Friday, 19 February 2010
Eva-Tone is born a perfectly normal little girl with the standard Scandinavian white hair and deep-set piercing blue eyes. She spends her childhood at the foot of a mountain beside a fjord. In the summer she learns to fish, swim, sail, canoe, plumb in a lavatory and operate an outboard engine. In the winter she learns to shoot for meat and drill holes in the ice for fish. In summer she climbs several miles uphill to school, in winter she skis several miles uphill to school. Upon finishing school, she chooses to embark upon a spell of military service (not compulsory for women). After this she starts her electrical-engineering studies in the far north of Norway, with a view to working off-shore in the oil industry. While she is a student, she becomes a competitive biathlete and is selected for the Norwegian Olympic Team. We haven’t heard how she has got on so far.
My point is, Eva-Tone is an All-Norwegian-Girl, tough, strong and independent. I have often heard that Norwegian women are so tough they don’t really need men. Apart from the inconvenience of having to procreate, men seem to be more or less incidental.
Luckily for the Norwegian population, this turns out to be a false rumour, and the women can’t resist the men. Are we surprised? Nope. It would take the toughest of the tough to resist the temptations of the average Norwegian male, and that kind of challenge is not an Olympic event, so far. It just so happens the men are also as fit as you like, with fabulous hair and that very special Scandinavian tan that people wear around here. It’s enough to make any girl weak at the knees.
So when I see a Norwegian woman winning the Biathlon in Vancouver, skiing like a demented bat out of hell and shooting at her targets with stylish accuracy, I am not surprised. There are many other tough women of different nationalities out there on the course, and they are also astoundingly fit. But somehow Tore Berger, whether skiing or shooting (she only missed one out of 20 shots), looked utterly at home, as though this kind of life was completely natural.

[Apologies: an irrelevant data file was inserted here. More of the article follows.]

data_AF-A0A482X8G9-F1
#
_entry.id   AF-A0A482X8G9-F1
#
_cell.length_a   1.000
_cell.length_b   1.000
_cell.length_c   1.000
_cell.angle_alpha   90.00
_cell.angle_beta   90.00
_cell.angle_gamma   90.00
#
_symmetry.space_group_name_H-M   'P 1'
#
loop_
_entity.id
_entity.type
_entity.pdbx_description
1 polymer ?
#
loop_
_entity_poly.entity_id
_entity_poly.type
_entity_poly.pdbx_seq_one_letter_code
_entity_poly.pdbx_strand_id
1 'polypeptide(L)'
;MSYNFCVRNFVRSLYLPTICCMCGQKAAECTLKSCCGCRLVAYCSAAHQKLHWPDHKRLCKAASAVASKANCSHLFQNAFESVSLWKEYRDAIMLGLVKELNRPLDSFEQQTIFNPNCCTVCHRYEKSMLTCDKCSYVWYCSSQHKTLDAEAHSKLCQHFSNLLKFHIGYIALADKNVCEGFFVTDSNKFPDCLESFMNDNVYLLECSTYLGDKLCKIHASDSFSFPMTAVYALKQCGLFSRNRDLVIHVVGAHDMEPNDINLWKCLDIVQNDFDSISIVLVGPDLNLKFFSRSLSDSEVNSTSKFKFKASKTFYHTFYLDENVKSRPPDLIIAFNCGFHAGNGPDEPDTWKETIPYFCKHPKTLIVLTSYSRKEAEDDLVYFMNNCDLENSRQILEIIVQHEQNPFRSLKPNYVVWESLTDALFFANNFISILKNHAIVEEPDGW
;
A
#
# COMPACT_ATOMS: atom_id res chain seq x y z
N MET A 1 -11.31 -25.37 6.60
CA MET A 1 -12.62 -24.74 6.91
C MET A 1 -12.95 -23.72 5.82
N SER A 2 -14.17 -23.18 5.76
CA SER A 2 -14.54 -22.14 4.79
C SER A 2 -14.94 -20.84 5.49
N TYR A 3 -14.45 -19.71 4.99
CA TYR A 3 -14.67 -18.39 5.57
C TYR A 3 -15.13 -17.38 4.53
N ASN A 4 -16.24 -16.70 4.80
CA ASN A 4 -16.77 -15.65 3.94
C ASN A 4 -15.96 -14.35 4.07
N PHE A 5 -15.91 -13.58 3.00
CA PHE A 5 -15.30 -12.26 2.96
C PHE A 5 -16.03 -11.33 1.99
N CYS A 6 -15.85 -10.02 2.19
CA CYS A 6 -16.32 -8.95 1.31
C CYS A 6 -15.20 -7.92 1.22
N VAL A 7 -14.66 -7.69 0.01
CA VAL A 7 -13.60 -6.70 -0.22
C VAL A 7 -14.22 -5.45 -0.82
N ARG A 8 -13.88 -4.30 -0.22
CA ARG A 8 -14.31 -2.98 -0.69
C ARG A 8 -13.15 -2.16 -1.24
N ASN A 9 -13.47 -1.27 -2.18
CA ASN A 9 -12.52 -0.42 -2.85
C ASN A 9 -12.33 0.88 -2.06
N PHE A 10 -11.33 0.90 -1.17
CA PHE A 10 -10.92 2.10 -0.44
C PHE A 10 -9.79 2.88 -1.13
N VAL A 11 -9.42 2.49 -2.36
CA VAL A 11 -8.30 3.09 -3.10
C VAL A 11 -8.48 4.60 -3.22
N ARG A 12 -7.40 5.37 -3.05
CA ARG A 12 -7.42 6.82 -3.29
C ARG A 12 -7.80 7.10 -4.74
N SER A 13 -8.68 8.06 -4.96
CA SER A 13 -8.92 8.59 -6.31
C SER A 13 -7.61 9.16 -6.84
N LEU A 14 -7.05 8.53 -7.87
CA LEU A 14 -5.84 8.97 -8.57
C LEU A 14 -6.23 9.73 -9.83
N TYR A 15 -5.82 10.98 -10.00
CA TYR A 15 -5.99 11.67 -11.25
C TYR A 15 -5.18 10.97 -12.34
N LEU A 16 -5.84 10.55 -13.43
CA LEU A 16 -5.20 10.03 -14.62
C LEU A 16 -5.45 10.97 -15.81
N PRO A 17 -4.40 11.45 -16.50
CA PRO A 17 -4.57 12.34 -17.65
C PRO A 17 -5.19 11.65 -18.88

Of course I am not saying women in Scotland are not tough. Far from it. There are thousands upon thousands who push themselves hard, who deal with arduous conditions, difficult situations, if not unrelenting drudgery with admirable physical and mental strength. But somehow the level of expectation is different, as though we are surprised that women are able to draw on their inner resources so powerfully. So are we capable of more than we know?
The 19 year old Eve Muirhead, bag-pipe-playing, golfing, captain of the British curling team in Vancouver is a splendid example of Scottish womanhood. Apart from the fact that she could not be more Scottish if you painted her tartan, she has admirable determination. And who could forget Rhona Martin’s gold winning curling team of the 2002 Winter Olympics? We don't all need to be Olympic medalists, but we should remember to have faith in ourselves.
Women know how tough they can be, and they should never be persuaded otherwise. Back in Norway, I can just imagine Eva-Tone once she is married. ‘Hi, Honey, I’m home....made it up to the mountain peak and back in 43.7 and 4 hundredths of a second.... managed to hit 19 out of 20 reindeer. Bit of a drag hauling them home, but they’ll keep us going for a while.’
Posted by Returning Scot at 09:47